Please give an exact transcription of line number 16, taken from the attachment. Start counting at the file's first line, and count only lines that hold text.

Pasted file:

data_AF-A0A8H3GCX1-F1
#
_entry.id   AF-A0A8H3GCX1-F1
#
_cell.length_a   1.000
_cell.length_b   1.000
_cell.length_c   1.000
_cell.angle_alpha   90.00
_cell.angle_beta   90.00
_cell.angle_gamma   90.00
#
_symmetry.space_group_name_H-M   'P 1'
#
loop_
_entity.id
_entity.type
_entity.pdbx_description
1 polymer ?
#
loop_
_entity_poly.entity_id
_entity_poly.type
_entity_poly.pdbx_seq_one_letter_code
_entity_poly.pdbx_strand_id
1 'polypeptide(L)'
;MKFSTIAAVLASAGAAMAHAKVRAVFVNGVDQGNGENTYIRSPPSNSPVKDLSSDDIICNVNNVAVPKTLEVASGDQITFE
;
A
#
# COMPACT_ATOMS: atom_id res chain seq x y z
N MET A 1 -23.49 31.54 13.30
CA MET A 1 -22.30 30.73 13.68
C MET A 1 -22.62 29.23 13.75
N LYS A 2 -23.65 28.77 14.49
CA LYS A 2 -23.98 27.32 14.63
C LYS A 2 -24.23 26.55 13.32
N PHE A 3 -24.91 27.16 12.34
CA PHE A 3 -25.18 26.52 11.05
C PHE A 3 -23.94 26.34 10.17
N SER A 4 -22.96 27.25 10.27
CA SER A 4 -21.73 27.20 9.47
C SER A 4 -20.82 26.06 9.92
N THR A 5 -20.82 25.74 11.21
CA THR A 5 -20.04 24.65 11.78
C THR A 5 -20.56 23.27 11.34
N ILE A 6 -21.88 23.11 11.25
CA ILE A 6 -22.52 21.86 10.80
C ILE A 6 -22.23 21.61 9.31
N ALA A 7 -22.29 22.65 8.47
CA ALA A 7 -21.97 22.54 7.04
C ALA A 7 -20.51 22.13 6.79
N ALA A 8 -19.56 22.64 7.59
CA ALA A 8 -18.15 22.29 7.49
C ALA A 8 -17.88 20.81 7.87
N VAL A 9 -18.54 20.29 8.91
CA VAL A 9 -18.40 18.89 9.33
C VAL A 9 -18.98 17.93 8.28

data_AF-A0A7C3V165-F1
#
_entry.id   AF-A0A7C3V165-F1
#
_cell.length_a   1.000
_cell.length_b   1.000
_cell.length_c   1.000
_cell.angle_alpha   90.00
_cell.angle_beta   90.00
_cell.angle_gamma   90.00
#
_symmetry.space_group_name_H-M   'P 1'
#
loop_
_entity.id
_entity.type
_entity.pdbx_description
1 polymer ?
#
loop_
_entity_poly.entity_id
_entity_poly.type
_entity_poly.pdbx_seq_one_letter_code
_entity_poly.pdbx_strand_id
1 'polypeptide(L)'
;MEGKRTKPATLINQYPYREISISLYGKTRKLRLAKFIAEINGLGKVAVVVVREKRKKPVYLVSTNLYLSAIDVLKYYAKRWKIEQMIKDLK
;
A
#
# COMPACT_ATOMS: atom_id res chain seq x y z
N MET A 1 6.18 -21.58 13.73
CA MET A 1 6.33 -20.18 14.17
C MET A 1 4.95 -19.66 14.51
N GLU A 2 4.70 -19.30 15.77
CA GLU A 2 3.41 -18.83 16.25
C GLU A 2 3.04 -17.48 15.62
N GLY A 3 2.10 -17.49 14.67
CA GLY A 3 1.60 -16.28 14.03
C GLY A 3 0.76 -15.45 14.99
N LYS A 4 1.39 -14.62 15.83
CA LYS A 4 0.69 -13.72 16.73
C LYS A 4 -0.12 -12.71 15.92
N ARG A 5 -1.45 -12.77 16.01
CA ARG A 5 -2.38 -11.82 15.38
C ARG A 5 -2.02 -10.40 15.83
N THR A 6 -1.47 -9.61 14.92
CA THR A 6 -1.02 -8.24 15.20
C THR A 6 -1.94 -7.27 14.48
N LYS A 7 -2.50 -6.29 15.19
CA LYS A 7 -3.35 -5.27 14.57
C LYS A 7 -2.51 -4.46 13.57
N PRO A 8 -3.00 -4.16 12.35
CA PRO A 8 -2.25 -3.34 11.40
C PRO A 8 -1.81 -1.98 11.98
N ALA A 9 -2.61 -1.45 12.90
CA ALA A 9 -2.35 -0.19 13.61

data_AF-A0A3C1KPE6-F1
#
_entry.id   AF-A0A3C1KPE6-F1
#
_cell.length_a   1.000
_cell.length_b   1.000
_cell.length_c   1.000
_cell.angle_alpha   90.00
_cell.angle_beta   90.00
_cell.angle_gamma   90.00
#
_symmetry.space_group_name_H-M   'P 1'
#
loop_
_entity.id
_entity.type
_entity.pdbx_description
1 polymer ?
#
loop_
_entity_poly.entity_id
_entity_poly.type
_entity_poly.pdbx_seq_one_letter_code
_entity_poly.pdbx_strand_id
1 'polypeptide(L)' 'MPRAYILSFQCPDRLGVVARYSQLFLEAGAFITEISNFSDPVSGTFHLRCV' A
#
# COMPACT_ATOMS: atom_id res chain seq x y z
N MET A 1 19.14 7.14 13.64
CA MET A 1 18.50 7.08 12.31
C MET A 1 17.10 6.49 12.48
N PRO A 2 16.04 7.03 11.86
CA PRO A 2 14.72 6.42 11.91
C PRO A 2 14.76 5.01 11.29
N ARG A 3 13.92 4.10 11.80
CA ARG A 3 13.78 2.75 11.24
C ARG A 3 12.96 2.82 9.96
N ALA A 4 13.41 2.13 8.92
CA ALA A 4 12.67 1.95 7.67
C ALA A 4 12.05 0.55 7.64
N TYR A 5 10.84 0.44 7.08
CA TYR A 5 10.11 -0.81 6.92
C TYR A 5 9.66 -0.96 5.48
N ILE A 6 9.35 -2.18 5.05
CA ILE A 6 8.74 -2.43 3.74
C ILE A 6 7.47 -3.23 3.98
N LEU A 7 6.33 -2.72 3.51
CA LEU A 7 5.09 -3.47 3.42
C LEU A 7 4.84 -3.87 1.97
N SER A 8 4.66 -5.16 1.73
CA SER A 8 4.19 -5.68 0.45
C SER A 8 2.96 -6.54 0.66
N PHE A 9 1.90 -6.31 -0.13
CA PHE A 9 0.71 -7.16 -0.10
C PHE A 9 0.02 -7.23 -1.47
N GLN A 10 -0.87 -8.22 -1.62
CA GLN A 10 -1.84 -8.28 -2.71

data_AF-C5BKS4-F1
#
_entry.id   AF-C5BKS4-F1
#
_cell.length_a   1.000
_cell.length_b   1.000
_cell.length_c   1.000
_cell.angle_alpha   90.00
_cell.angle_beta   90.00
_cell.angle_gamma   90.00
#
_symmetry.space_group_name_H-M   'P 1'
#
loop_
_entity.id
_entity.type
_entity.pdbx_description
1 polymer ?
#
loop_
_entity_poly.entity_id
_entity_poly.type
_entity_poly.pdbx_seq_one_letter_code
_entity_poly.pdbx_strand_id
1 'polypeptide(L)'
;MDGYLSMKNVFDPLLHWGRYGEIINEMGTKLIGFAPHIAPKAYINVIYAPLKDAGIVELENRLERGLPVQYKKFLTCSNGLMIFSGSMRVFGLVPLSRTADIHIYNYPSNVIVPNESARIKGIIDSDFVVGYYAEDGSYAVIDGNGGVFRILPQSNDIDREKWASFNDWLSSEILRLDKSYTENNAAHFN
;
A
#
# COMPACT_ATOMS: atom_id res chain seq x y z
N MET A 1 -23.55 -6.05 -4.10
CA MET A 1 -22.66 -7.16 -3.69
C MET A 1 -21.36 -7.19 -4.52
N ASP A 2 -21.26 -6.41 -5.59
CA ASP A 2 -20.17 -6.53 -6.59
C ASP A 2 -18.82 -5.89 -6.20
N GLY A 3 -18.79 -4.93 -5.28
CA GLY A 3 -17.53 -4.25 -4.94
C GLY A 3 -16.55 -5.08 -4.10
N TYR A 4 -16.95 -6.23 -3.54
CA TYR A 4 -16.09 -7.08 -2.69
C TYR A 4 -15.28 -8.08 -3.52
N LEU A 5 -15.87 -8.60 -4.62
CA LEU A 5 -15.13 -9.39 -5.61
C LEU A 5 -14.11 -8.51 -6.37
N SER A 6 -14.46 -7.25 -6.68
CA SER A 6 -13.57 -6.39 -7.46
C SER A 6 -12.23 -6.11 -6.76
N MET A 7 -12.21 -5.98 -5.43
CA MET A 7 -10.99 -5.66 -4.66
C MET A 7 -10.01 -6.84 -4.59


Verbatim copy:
_entity.type